HA Chairman, Paul Gross, Joins NINDS Advisory Council

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By Rick Smith, HA Acting CEO

paul h grossI am pleased to announce that Paul Gross, Chairman of Hydrocephalus Association’s (HA) Board of Directors, has been selected to join the 18 member National Advisory Neurological Disorders and Stroke Council -the major advisory panel to the National Institute of Neurological Disorders and Stroke (NINDS).  Paul joins three other new members and brings to the Council his entrepreneurial perspective, successful business experience, and a deep, passionate commitment to finding answers for people living with hydrocephalus.

NINDS, a component of the National Institutes of Health (NIH), is the nation’s primary supporter of basic, translational and clinical research on the brain and nervous system.  Its 18-member Council, composed of physicians, scientists and representatives of the public meets three times a year to review applications from scientists seeking government grants to support biomedical research on disorders of the brain and nervous system. Members also advise the Institute on research program planning and priorities.

“In just a few years, Mr. Gross has done a remarkable job of engaging engineers, scientists and clinicians in plans to develop research that will lead to better treatment for people with hydrocephalus,” said Story Landis, Ph.D., Director of the NIH National Institute of Neurological Disorders and Stroke (NINDS).  “I am delighted that he will be a member of the NINDS Advisory Council and look forward to his participation.”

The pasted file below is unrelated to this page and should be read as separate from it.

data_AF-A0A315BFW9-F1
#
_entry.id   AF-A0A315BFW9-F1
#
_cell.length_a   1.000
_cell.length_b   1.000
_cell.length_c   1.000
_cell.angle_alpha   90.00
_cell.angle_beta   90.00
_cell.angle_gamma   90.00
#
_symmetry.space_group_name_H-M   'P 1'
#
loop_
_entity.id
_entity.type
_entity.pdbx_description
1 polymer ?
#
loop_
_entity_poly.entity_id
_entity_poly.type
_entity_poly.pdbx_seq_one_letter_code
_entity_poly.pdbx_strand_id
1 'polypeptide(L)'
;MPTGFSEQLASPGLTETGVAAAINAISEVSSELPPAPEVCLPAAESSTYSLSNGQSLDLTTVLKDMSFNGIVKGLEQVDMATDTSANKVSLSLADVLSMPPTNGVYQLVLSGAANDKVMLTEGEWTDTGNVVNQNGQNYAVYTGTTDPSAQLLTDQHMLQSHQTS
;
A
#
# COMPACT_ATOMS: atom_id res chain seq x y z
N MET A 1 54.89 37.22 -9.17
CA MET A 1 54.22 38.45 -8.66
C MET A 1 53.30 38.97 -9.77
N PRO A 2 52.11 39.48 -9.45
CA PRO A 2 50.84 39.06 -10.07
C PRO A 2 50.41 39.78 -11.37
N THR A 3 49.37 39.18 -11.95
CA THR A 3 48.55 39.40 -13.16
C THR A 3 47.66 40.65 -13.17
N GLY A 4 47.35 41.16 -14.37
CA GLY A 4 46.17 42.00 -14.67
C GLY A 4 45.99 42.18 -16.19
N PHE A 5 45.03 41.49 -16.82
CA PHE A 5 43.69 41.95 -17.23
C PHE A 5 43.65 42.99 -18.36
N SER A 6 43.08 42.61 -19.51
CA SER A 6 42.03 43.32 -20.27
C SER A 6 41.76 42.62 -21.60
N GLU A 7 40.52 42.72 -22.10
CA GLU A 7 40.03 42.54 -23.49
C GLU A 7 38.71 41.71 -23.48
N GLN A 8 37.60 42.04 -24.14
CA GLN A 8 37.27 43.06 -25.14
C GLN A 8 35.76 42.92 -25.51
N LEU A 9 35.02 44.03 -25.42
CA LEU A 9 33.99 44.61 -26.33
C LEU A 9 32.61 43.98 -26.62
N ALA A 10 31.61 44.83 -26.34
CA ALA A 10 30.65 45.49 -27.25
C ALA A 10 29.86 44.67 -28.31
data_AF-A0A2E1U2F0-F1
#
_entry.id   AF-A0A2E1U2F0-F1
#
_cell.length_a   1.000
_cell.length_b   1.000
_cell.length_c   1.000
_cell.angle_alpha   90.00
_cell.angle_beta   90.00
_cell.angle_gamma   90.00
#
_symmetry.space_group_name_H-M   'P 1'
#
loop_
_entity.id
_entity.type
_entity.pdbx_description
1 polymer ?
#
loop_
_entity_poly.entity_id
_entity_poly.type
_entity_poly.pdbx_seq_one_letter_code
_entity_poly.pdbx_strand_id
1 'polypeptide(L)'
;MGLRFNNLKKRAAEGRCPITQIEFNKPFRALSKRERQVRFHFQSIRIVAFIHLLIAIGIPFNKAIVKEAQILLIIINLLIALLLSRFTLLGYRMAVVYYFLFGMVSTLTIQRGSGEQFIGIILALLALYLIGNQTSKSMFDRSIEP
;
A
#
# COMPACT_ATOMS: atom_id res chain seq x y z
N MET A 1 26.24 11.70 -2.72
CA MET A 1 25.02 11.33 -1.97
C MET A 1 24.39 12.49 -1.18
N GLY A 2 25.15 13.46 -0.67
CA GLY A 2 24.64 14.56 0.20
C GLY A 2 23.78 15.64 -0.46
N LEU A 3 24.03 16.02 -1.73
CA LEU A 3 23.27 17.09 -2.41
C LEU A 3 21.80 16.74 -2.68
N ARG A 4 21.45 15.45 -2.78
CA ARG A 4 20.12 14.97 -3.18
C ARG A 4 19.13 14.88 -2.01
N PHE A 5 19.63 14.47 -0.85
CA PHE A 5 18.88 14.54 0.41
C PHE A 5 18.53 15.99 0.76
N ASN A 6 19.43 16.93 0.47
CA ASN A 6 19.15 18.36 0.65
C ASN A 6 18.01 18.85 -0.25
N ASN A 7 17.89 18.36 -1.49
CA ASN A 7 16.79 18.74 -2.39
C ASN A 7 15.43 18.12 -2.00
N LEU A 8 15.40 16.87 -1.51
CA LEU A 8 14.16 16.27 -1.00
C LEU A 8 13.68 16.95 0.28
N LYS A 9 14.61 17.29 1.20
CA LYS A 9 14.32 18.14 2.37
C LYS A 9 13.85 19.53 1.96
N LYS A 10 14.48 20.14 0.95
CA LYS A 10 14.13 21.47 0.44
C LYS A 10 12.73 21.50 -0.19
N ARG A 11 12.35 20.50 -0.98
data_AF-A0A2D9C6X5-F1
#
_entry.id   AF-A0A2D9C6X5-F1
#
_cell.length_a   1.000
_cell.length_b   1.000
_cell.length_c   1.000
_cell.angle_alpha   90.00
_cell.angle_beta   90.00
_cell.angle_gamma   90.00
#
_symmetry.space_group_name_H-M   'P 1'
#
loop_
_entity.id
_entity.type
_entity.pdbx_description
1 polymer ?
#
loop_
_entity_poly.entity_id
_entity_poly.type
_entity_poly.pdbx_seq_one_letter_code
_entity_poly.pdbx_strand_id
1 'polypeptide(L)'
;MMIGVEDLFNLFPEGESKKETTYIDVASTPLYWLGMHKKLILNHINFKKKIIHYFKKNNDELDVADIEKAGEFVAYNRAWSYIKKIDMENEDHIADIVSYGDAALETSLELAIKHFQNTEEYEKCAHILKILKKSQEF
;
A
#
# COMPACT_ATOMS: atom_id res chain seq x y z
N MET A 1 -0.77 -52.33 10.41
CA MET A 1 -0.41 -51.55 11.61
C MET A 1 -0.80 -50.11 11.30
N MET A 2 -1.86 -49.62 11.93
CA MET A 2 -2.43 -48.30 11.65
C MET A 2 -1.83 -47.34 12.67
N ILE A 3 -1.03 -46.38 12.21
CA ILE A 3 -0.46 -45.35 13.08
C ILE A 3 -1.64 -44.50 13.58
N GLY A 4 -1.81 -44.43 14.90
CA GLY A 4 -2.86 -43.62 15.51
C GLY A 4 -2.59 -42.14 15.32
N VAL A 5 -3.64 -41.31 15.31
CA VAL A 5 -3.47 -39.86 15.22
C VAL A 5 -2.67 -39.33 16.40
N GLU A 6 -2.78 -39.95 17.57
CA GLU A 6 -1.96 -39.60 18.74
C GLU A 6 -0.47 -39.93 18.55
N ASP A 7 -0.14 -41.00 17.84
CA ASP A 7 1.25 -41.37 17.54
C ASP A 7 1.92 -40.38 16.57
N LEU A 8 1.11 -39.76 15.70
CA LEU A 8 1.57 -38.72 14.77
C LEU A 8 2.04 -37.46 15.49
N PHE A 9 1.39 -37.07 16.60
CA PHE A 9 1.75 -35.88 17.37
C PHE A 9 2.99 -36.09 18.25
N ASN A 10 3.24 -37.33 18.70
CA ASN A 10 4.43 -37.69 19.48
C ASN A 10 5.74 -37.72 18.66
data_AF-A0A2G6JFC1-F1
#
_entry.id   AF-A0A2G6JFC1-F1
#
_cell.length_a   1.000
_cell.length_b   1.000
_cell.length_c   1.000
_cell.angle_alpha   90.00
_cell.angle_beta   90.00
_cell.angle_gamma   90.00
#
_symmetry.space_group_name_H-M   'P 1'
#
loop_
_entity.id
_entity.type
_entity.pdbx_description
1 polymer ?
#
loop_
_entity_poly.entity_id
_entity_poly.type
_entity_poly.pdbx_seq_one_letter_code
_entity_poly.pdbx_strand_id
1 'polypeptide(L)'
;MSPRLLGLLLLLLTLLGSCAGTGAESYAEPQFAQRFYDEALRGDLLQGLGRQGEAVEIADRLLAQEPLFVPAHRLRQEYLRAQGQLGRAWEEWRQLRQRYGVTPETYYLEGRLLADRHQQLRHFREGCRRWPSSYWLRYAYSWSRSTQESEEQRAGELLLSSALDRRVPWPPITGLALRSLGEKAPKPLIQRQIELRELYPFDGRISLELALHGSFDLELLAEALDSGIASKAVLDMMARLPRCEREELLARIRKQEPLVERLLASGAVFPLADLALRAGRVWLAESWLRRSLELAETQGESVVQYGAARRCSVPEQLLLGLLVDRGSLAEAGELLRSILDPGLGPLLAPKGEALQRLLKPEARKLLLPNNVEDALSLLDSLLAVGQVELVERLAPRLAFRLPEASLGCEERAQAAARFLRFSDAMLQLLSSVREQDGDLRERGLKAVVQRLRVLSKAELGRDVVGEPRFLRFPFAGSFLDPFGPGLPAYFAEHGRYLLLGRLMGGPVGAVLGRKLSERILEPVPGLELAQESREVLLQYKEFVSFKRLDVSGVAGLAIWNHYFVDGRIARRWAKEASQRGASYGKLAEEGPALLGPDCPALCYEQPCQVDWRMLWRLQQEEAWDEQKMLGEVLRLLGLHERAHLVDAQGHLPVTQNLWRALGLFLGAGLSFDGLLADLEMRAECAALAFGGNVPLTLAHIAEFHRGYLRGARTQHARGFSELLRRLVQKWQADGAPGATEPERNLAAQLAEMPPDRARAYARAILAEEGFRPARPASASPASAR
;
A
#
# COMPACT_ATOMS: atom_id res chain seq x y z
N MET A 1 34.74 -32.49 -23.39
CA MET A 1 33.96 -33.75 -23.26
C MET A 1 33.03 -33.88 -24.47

We are delighted as well and offer our sincere congratulations to Paul on this very exciting and important appointment.

1 Comments for : HA Chairman, Paul Gross, Joins NINDS Advisory Council
    • Hilary
    • October 29, 2011
    Reply

    Paul,

    Congratulations on your appointment to the NINDS Advisory Panel. Please bear in mind that it is not only important to focus on childhood hydrocephalus, but to study causes, prevention, and treatment of adult onset hydrocephalus, including Normal Pressure Hydrocephalus. I suffer from NPH, and was forced to retire on disability because of it. Instead of contributing to the economy, I am a drain on it. And there are many others who are in a similar situation to mine.

    Also, differential diagnosis for people with NPH is crucial. The disorder often is confused by doctors as Alzheimer’s Disease, Parkinson’s Syndrome, and leaves people either untreated or treated too late to be helped very much by shunting. Please lobby for funding to increase the awareness of family physicians and neurologists of NPH symptoms so that brain damage due to long term increased pressure is minimized and potentially reversible. Thank you.

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